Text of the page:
Next, another method for analyzing the error in this embodiment will be explained with reference to FIGS. 32A-32C. In this method, the wafers to be measured are successively rested on the wafer stage WS of FIG. 13 and then the evaluation reticle pattern is exposed to the wafers, successively, as shown in FIGS. 16A and 16B. After the exposure, the wafers are developed and then the developed wafers are rested on the wafer stage WS of FIG. 13 again. Then, as shown in FIG. 16B, regarding each of the shot areas, the alignment errors (SX,BY), (BX,SY) are measured by the LSA system.

The folded lines 131, 130 in FIG. 32A indicate three-time values (3σ) nm! of the standard deviations of the alignment errors (SX,BY) of the respective wafers measured in this way, and the folded lines 132, 133 in FIG. 32B indicate three-time values (3σ) nm! of the standard deviations of the alignment errors (BX,SY) of the respective wafers measured in this way.

Further, in this embodiment, the measured results regarding all of the wafers are processed or treated so that, as shown in FIG. 32C, regarding each of the alignment errors (SX,BY), (BX,SY), the following items as obtained:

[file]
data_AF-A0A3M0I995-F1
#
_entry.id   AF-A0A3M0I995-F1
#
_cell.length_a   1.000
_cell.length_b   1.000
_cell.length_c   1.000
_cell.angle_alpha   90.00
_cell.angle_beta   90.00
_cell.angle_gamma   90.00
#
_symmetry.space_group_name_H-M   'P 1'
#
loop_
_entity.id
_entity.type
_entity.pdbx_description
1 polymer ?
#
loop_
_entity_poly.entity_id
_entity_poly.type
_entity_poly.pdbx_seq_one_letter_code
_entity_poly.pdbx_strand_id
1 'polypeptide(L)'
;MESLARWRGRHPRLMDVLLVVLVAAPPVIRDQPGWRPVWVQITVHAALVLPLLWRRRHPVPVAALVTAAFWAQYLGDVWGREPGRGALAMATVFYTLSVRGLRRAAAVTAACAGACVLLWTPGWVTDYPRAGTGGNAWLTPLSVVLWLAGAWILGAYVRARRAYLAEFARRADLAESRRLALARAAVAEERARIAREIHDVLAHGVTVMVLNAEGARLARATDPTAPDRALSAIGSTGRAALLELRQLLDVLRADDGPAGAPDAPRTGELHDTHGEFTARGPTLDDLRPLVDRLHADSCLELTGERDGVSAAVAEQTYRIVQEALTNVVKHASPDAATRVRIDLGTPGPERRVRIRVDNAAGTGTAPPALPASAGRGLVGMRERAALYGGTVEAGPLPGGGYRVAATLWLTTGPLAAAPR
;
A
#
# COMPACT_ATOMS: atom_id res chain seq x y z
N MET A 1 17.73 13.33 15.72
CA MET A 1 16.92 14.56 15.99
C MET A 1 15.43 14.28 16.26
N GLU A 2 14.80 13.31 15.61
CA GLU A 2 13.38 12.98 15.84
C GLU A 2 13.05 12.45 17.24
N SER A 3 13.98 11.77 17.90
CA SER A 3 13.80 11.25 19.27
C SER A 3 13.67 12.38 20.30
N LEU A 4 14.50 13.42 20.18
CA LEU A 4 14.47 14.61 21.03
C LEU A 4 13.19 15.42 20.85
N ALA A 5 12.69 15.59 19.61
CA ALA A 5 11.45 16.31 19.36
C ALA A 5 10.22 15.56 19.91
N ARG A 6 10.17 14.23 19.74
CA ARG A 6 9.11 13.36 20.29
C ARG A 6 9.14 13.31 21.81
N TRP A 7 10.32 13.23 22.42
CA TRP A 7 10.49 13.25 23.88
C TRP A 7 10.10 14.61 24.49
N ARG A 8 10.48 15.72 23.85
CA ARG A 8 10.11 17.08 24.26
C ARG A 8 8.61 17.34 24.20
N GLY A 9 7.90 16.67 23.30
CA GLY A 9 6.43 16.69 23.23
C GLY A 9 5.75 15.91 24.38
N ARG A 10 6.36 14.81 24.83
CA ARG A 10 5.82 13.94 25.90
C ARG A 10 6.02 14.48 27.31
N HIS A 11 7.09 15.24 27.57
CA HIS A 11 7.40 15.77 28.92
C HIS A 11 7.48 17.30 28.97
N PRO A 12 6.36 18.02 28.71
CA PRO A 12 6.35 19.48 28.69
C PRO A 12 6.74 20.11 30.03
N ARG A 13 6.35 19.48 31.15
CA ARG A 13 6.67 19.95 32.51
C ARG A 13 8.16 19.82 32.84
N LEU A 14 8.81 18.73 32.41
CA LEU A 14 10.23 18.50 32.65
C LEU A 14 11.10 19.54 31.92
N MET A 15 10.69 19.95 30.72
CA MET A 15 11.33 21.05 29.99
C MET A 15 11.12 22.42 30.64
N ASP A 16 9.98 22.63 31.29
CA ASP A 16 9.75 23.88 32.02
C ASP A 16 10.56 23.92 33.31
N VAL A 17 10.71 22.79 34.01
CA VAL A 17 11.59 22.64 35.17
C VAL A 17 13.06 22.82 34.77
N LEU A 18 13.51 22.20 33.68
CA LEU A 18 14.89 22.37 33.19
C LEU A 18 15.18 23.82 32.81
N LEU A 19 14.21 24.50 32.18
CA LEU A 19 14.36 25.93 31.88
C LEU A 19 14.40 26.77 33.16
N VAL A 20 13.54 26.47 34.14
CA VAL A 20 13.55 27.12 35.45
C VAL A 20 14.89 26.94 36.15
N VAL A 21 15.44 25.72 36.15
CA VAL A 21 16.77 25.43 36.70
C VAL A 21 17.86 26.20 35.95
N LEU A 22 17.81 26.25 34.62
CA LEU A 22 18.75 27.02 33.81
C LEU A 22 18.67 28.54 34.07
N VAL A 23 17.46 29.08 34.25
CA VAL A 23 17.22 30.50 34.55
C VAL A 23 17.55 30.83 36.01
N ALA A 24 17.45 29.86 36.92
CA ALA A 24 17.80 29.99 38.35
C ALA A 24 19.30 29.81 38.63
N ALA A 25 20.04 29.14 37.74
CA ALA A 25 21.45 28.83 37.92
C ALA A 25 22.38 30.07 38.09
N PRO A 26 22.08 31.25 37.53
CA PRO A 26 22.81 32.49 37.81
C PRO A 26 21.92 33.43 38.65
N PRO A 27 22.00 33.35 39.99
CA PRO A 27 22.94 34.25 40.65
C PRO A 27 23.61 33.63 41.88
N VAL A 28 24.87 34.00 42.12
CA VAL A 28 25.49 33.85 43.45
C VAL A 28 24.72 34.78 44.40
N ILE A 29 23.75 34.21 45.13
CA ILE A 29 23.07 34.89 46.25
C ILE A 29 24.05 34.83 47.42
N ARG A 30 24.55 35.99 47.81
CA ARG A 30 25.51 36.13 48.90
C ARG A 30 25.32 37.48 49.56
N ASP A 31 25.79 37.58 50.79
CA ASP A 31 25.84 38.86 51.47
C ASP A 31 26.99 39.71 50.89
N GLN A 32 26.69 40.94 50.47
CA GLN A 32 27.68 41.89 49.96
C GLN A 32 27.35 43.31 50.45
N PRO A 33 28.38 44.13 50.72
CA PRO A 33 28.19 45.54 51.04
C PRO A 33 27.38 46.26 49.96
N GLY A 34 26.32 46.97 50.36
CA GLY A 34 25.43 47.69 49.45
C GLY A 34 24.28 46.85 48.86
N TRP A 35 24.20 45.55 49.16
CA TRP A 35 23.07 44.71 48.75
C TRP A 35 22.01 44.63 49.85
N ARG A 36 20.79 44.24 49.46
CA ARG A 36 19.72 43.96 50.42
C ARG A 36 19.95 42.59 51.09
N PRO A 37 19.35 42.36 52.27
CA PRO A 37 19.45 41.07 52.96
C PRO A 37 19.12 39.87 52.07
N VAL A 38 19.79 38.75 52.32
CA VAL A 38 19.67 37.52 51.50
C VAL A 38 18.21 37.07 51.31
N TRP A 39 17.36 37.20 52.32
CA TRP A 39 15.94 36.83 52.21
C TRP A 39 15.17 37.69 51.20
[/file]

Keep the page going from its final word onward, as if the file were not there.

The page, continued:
(1) an average value AVW nm! which is obtained by averaging each wafer's 3σ values for all of the wafers;

(2) a dispersion VRW nm! represented by the three-time value (3σ) of the standard deviation for all of the shot areas of all of the wafers; and

(3) a dispersion VRS nm! represented by the three-time value (3σ) of the standard deviation for averaged values, each averaged value being obtained by averaging the errors in the corresponding shot areas of all of the wafers.

Incidentally, reproducibility of each shot area regarding all of the wafers is 10 nm!. In this case, the average value AVW indicates average positioning ability of the projection exposure apparatus, the dispersion VRS indicates an inherent error component of the projection exposure apparatus, and the dispersion VRW indicates an error including offset fluctuation between the wafers. By analyzing these results, it is possible to determine which error is worst.